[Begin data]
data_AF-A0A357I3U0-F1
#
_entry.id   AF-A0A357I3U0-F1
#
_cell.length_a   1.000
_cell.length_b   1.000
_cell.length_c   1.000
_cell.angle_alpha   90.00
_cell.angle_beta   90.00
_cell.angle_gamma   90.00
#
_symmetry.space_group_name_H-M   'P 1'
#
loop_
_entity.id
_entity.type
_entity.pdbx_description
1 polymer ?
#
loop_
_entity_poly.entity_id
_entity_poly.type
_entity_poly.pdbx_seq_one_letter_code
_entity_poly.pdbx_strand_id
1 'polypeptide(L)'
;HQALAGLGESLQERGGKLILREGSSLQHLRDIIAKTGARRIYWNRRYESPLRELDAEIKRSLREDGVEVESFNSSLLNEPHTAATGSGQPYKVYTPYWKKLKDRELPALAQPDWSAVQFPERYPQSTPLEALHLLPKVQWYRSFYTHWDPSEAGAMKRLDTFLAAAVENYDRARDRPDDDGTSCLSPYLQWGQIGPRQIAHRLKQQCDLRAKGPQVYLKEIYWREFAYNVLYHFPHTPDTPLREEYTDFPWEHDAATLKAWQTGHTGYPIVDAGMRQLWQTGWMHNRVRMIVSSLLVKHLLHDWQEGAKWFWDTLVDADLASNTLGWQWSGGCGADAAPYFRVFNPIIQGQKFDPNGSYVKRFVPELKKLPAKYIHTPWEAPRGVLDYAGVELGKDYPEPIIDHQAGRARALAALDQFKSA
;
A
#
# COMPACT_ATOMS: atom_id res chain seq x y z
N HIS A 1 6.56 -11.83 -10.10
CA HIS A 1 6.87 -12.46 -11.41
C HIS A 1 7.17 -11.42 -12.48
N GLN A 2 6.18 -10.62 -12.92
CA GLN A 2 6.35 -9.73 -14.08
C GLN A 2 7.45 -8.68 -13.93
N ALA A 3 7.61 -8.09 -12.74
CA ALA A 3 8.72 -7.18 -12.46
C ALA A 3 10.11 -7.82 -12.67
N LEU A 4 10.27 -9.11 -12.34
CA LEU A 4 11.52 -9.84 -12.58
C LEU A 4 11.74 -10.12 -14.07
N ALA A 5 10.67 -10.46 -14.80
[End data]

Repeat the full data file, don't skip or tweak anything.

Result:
data_AF-A0A357I3U0-F1
#
_entry.id   AF-A0A357I3U0-F1
#
_cell.length_a   1.000
_cell.length_b   1.000
_cell.length_c   1.000
_cell.angle_alpha   90.00
_cell.angle_beta   90.00
_cell.angle_gamma   90.00
#
_symmetry.space_group_name_H-M   'P 1'
#
loop_
_entity.id
_entity.type
_entity.pdbx_description
1 polymer ?
#
loop_
_entity_poly.entity_id
_entity_poly.type
_entity_poly.pdbx_seq_one_letter_code
_entity_poly.pdbx_strand_id
1 'polypeptide(L)'
;HQALAGLGESLQERGGKLILREGSSLQHLRDIIAKTGARRIYWNRRYESPLRELDAEIKRSLREDGVEVESFNSSLLNEPHTAATGSGQPYKVYTPYWKKLKDRELPALAQPDWSAVQFPERYPQSTPLEALHLLPKVQWYRSFYTHWDPSEAGAMKRLDTFLAAAVENYDRARDRPDDDGTSCLSPYLQWGQIGPRQIAHRLKQQCDLRAKGPQVYLKEIYWREFAYNVLYHFPHTPDTPLREEYTDFPWEHDAATLKAWQTGHTGYPIVDAGMRQLWQTGWMHNRVRMIVSSLLVKHLLHDWQEGAKWFWDTLVDADLASNTLGWQWSGGCGADAAPYFRVFNPIIQGQKFDPNGSYVKRFVPELKKLPAKYIHTPWEAPRGVLDYAGVELGKDYPEPIIDHQAGRARALAALDQFKSA
;
A
#
# COMPACT_ATOMS: atom_id res chain seq x y z
N HIS A 1 6.56 -11.83 -10.10
CA HIS A 1 6.87 -12.46 -11.41
C HIS A 1 7.17 -11.42 -12.48
N GLN A 2 6.18 -10.62 -12.92
CA GLN A 2 6.35 -9.73 -14.08
C GLN A 2 7.45 -8.68 -13.93
N ALA A 3 7.61 -8.09 -12.74
CA ALA A 3 8.72 -7.18 -12.46
C ALA A 3 10.11 -7.82 -12.67
N LEU A 4 10.27 -9.11 -12.34
CA LEU A 4 11.52 -9.84 -12.58
C LEU A 4 11.74 -10.12 -14.07
N ALA A 5 10.67 -10.46 -14.80